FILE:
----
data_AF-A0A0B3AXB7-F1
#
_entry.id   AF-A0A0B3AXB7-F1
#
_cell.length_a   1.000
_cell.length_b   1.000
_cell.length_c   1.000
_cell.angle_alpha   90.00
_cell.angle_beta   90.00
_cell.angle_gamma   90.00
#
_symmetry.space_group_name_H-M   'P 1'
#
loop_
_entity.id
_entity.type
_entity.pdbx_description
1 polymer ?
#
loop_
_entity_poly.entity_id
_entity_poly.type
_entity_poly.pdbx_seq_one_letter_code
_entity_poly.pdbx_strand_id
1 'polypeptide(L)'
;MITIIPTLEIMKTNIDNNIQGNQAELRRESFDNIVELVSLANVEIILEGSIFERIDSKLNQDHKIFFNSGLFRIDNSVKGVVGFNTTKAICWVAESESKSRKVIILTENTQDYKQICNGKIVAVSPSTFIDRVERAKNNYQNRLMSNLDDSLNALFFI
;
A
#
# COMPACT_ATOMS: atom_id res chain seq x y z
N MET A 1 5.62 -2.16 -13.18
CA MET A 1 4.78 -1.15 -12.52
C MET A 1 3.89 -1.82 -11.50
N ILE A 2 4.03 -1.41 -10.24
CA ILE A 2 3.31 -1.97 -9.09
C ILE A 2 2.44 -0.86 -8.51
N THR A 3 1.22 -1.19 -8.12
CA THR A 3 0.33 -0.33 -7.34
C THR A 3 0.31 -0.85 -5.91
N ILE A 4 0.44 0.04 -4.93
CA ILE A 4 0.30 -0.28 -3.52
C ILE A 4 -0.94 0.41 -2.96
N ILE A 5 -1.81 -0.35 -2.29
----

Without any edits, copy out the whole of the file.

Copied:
data_AF-A0A0B3AXB7-F1
#
_entry.id   AF-A0A0B3AXB7-F1
#
_cell.length_a   1.000
_cell.length_b   1.000
_cell.length_c   1.000
_cell.angle_alpha   90.00
_cell.angle_beta   90.00
_cell.angle_gamma   90.00
#
_symmetry.space_group_name_H-M   'P 1'
#
loop_
_entity.id
_entity.type
_entity.pdbx_description
1 polymer ?
#
loop_
_entity_poly.entity_id
_entity_poly.type
_entity_poly.pdbx_seq_one_letter_code
_entity_poly.pdbx_strand_id
1 'polypeptide(L)'
;MITIIPTLEIMKTNIDNNIQGNQAELRRESFDNIVELVSLANVEIILEGSIFERIDSKLNQDHKIFFNSGLFRIDNSVKGVVGFNTTKAICWVAESESKSRKVIILTENTQDYKQICNGKIVAVSPSTFIDRVERAKNNYQNRLMSNLDDSLNALFFI
;
A
#
# COMPACT_ATOMS: atom_id res chain seq x y z
N MET A 1 5.62 -2.16 -13.18
CA MET A 1 4.78 -1.15 -12.52
C MET A 1 3.89 -1.82 -11.50
N ILE A 2 4.03 -1.41 -10.24
CA ILE A 2 3.31 -1.97 -9.09
C ILE A 2 2.44 -0.86 -8.51
N THR A 3 1.22 -1.19 -8.12
CA THR A 3 0.33 -0.33 -7.34
C THR A 3 0.31 -0.85 -5.91
N ILE A 4 0.44 0.04 -4.93
CA ILE A 4 0.30 -0.28 -3.52
C ILE A 4 -0.94 0.41 -2.96
N ILE A 5 -1.81 -0.35 -2.29